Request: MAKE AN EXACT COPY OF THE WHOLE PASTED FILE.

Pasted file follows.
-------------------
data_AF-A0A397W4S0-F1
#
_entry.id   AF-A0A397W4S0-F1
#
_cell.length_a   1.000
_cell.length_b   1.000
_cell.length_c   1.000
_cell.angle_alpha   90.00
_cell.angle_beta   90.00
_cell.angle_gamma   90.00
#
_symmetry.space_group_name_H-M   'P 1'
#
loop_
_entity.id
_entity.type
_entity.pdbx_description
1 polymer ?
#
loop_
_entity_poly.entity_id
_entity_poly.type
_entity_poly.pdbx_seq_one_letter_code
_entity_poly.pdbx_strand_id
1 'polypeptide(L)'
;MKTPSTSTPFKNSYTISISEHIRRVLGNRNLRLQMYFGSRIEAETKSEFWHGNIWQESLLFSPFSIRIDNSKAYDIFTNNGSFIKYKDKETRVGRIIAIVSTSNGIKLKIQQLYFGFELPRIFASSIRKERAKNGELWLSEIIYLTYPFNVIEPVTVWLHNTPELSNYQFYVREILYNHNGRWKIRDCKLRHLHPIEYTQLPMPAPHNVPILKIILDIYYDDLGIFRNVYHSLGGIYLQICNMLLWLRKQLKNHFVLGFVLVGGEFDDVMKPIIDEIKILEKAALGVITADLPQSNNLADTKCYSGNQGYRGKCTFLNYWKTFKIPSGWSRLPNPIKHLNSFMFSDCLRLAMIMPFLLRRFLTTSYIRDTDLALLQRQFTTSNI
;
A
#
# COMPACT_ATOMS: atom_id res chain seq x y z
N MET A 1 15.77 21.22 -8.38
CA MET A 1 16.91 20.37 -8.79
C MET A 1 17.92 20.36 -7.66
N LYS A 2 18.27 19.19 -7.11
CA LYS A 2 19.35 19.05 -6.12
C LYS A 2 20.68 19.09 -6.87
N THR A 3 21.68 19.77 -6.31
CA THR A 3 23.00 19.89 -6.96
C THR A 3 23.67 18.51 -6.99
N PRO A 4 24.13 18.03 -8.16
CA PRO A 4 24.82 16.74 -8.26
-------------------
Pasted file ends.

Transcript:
data_AF-A0A397W4S0-F1
#
_entry.id   AF-A0A397W4S0-F1
#
_cell.length_a   1.000
_cell.length_b   1.000
_cell.length_c   1.000
_cell.angle_alpha   90.00
_cell.angle_beta   90.00
_cell.angle_gamma   90.00
#
_symmetry.space_group_name_H-M   'P 1'
#
loop_
_entity.id
_entity.type
_entity.pdbx_description
1 polymer ?
#
loop_
_entity_poly.entity_id
_entity_poly.type
_entity_poly.pdbx_seq_one_letter_code
_entity_poly.pdbx_strand_id
1 'polypeptide(L)'
;MKTPSTSTPFKNSYTISISEHIRRVLGNRNLRLQMYFGSRIEAETKSEFWHGNIWQESLLFSPFSIRIDNSKAYDIFTNNGSFIKYKDKETRVGRIIAIVSTSNGIKLKIQQLYFGFELPRIFASSIRKERAKNGELWLSEIIYLTYPFNVIEPVTVWLHNTPELSNYQFYVREILYNHNGRWKIRDCKLRHLHPIEYTQLPMPAPHNVPILKIILDIYYDDLGIFRNVYHSLGGIYLQICNMLLWLRKQLKNHFVLGFVLVGGEFDDVMKPIIDEIKILEKAALGVITADLPQSNNLADTKCYSGNQGYRGKCTFLNYWKTFKIPSGWSRLPNPIKHLNSFMFSDCLRLAMIMPFLLRRFLTTSYIRDTDLALLQRQFTTSNI
;
A
#
# COMPACT_ATOMS: atom_id res chain seq x y z
N MET A 1 15.77 21.22 -8.38
CA MET A 1 16.91 20.37 -8.79
C MET A 1 17.92 20.36 -7.66
N LYS A 2 18.27 19.19 -7.11
CA LYS A 2 19.35 19.05 -6.12
C LYS A 2 20.68 19.09 -6.87
N THR A 3 21.68 19.77 -6.31
CA THR A 3 23.00 19.89 -6.96
C THR A 3 23.67 18.51 -6.99
N PRO A 4 24.13 18.03 -8.16
CA PRO A 4 24.82 16.74 -8.26